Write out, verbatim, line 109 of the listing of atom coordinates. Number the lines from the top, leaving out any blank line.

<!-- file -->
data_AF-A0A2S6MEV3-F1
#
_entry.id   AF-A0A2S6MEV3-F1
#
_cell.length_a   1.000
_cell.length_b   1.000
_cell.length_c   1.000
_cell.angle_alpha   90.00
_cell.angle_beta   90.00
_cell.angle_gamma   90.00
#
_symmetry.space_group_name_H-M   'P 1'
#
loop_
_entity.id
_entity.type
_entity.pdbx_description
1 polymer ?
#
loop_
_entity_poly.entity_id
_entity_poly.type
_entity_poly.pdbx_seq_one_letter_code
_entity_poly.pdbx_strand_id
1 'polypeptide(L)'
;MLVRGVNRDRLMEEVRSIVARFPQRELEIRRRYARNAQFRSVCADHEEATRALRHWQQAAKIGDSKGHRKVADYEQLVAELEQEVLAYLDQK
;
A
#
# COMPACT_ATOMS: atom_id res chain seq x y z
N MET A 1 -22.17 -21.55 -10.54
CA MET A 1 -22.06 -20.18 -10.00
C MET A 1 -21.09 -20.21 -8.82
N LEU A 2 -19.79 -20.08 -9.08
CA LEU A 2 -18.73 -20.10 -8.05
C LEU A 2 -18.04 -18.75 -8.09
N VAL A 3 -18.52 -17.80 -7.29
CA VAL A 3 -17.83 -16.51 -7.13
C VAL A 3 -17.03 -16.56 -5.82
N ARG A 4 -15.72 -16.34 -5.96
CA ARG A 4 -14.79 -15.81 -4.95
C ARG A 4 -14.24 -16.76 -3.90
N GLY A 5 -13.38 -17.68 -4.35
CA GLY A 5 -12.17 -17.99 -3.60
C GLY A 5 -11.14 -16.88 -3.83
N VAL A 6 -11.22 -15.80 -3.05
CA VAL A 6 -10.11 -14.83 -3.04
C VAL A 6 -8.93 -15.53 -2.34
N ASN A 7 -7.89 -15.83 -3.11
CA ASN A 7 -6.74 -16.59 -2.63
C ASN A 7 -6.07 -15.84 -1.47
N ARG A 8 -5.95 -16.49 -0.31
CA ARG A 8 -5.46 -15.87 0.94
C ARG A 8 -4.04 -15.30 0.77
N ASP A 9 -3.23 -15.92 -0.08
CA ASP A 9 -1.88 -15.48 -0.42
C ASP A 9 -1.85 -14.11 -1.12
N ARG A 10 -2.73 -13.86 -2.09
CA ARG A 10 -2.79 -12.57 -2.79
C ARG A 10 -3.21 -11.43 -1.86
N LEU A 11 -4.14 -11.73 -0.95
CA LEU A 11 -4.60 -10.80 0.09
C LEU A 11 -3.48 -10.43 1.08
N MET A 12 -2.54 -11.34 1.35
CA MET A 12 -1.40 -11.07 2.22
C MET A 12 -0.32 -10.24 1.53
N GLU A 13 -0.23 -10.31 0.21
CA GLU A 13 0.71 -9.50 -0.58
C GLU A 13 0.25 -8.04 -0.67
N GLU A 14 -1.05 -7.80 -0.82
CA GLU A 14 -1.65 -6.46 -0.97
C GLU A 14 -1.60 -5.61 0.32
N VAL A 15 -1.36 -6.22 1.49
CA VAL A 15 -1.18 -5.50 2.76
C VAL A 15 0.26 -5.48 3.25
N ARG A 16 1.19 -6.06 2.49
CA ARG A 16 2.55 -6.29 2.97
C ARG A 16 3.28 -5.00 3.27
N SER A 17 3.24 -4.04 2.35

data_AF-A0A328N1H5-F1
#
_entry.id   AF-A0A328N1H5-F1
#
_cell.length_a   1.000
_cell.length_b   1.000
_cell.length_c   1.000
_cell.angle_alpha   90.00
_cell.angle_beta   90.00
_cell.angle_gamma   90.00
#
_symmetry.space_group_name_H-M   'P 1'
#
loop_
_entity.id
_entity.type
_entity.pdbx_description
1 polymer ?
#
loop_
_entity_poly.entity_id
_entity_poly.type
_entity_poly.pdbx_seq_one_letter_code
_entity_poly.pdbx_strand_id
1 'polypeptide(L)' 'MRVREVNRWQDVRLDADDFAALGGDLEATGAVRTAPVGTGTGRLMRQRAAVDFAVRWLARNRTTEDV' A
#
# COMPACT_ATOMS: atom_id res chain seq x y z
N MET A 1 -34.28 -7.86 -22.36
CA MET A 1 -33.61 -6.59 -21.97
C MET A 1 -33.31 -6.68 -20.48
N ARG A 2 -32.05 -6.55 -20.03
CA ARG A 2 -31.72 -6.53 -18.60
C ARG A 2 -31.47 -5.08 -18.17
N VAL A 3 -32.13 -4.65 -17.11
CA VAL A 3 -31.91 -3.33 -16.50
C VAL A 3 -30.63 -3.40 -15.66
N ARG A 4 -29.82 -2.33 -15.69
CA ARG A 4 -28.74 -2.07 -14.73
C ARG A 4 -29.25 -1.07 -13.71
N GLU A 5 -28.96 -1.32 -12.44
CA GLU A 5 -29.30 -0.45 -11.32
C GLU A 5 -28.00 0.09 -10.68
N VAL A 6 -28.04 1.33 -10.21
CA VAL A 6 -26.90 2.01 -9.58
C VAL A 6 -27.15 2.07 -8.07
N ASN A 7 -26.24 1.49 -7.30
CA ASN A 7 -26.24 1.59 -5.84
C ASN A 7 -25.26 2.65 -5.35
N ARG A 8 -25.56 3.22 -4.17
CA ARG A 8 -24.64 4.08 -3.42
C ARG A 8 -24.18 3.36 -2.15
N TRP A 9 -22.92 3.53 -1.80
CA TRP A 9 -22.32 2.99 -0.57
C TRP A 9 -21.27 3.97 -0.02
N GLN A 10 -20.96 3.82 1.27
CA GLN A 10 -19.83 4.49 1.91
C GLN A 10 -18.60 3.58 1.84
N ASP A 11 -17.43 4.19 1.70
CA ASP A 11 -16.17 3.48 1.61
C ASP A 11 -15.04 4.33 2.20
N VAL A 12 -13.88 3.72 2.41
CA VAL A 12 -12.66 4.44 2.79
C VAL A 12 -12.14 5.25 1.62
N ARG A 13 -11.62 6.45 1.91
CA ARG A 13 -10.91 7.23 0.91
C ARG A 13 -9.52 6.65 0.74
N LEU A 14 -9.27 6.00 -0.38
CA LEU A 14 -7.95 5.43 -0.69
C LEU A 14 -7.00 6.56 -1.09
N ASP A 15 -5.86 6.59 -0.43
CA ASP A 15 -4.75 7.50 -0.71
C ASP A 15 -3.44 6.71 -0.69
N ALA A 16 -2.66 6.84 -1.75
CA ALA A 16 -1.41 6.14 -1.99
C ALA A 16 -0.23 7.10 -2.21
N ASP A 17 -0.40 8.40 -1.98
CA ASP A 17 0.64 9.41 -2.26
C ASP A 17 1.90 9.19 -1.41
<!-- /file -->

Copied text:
C MET A 1 -33.31 -6.68 -20.48